But … have you read about speculation that China is headed for a financial dip of its own?
Keep in mind, many economists project that the supposed slump might largely just be a blip — but the mention of it immediately sparked conversations at “The U.S.-China Power Balance” panel at the 2012 Milken Global Conference.
“The issue of agency risk is a big issue in China,” Kynikos Associates President James Chanos said. Chanos, a noted China “bear,” added that he tells his clients, “please trade with China, but don’t invest there.”
“The trend of buy U.S. and being short on China has been a good one — and I think that’s only going to continue,” he added — pointing out that China’s GDP per capita is still relatively low.
Hao Capital founder Charles Y.S. Liu strongly disagreed and questioned whether Chanos had ever even visited the country.
“Those of us who have lived in and watched China … we take a very different view,” Liu said, adding that the dip taken by Chinese markets in the last year was an attempt by the government to “cool down” the economy.
“We don’t have securitized mortgages in China and we don’t have derivatives on securitized mortgages that run into complete financial systems, so I’m not sure where those bubbles — which are a thousand times bigger than Dubai — come from,” Liu said.
“If China does collapse it would be a calamity for the whole world,” he added.
Minxin Pie, the Director of the Keck Center for International and Strategic Studies at Claremont McKenna College, said that the downturn is coming and it’s only a question of “how deep the fall will be.”
“The fast phase of China’s growth is over, from now on it’s all downhill,” Pie said.
Pie mentioned that the communist government misallocating resources and state-directed lending greatly compounds the problem.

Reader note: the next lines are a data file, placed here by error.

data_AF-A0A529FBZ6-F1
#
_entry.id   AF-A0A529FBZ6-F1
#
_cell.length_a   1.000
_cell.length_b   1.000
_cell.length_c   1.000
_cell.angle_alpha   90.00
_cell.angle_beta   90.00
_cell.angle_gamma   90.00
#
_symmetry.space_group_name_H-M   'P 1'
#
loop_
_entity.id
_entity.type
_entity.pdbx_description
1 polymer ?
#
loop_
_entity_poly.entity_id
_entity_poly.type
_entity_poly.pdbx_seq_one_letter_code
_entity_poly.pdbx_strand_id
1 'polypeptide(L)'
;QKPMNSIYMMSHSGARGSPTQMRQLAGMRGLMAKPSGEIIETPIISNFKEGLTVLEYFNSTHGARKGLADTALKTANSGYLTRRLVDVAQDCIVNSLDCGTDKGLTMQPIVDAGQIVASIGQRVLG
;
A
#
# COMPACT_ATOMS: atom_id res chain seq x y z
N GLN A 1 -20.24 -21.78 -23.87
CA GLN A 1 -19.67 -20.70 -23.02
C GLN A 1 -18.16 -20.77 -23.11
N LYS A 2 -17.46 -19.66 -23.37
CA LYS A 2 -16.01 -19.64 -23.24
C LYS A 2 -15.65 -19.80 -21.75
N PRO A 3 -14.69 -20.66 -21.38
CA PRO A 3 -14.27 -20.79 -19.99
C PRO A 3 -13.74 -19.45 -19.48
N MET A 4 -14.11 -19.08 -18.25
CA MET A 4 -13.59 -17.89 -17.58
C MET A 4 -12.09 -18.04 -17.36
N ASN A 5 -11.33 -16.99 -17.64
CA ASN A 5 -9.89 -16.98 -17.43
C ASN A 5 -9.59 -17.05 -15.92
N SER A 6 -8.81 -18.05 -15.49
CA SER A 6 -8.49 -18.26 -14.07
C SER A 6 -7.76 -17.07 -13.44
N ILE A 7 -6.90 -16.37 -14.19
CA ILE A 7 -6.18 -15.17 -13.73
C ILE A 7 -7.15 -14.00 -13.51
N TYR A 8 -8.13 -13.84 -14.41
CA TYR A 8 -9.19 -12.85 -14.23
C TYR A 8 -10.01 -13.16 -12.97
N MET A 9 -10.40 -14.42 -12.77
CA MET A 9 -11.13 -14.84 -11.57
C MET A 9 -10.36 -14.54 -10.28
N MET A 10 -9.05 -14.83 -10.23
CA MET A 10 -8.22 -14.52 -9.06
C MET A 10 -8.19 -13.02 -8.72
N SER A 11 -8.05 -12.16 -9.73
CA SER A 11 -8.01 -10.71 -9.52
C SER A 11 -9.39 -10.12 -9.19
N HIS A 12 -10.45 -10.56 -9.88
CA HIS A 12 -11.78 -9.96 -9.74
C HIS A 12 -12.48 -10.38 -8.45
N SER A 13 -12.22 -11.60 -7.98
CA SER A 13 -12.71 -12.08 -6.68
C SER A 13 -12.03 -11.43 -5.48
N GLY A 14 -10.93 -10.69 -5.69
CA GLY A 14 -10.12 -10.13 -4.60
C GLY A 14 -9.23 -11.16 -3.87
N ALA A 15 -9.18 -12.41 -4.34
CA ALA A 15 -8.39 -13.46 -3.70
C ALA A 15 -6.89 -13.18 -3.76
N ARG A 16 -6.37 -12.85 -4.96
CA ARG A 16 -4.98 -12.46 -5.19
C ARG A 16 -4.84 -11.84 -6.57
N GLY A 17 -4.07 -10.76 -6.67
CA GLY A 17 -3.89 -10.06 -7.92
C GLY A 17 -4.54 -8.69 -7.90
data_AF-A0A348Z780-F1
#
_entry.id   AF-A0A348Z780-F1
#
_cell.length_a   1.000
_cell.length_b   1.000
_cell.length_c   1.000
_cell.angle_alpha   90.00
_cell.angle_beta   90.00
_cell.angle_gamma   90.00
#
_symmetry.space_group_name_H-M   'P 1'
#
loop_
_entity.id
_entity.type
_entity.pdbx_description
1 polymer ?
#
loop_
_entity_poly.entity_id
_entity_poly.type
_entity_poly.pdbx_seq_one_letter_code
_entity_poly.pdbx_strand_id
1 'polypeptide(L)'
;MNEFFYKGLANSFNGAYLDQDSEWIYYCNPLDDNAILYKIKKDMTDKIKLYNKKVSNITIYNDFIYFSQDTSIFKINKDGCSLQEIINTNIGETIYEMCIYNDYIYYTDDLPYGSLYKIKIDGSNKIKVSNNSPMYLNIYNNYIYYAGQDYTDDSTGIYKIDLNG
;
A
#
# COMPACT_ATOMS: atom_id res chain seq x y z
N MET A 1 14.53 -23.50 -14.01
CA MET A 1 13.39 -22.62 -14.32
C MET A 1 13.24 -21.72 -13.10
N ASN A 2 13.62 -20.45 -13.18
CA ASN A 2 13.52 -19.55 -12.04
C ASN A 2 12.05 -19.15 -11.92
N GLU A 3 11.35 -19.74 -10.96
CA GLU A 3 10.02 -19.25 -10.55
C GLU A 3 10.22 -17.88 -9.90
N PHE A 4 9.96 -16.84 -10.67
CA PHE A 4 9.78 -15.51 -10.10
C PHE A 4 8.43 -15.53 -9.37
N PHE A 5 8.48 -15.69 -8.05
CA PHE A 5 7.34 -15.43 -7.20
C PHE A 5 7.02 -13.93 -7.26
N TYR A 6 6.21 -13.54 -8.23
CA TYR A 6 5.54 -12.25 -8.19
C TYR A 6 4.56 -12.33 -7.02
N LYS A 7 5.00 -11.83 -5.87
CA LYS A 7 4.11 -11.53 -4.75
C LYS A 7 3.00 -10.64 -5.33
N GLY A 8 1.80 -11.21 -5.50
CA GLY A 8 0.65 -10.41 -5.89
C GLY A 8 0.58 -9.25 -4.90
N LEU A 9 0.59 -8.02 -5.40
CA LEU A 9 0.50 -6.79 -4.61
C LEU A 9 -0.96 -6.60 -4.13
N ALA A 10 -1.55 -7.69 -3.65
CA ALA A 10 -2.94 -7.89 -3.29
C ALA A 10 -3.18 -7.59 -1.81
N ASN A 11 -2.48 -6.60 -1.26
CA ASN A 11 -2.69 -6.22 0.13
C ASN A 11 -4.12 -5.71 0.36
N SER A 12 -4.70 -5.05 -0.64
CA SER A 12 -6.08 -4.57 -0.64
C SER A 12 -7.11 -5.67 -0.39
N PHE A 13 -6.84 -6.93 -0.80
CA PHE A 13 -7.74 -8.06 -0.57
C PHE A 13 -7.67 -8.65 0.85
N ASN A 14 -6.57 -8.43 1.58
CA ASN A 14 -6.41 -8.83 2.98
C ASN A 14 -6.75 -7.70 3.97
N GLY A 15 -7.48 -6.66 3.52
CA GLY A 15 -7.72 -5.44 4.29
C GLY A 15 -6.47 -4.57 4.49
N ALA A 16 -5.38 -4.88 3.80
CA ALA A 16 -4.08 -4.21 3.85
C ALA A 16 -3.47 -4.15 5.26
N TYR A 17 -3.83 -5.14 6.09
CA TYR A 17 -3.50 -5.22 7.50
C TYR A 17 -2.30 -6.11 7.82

“When the government does your investments for you — you should be very, very worried,” Pie said. “I think the Chinese leaders are more aware of these issues than people realize.”
The Odd Couple: U.S. and China as Partners
The issue of complicated U.S.-China relations has been mentioned during the U.S. presidential campaign, both candidates have sounded off on the issue but unlike other topics it can be difficult to tell how much they really differ on the matter.
“You’ve heard Gov. Romney say some pretty tough things and how he would be tougher on China than the president has been,” said Nina Hachigian, Senior Fellow at the Center for American Progress. “This is not just a Republican thing though, China-bashing has been a strong and long bipartisan tradition.”
Depending on who wins in November, how can Americans expect our China policy to change?
“I expect that if the president gets re-elected you’ll see kind of a ‘steady as she goes’ … maintaining a strong presence in Asia and strong alliances there, trying to integrate China into the international system and create a level playing field,” Hachigian said. “And I think that if Gov. Romney gets elected I don’t think you’ll find policy being that much different than that.”
This is also a transition year in China from one set of leaders to another, but the panelists also said it’s difficult to say that the change will affect the U.S.-China relationship.
“China’s leaders understand very well that a good relationship with the U.S. is fundamentally in China’s interests,” Pie said. “Especially in the interests of the Chinese communist party, because the Chinese communist party cannot stay in power very long if it has the U.S. as its enemy.”
“In the end pragmatism, not ideology, will marks China’s policy,” he said.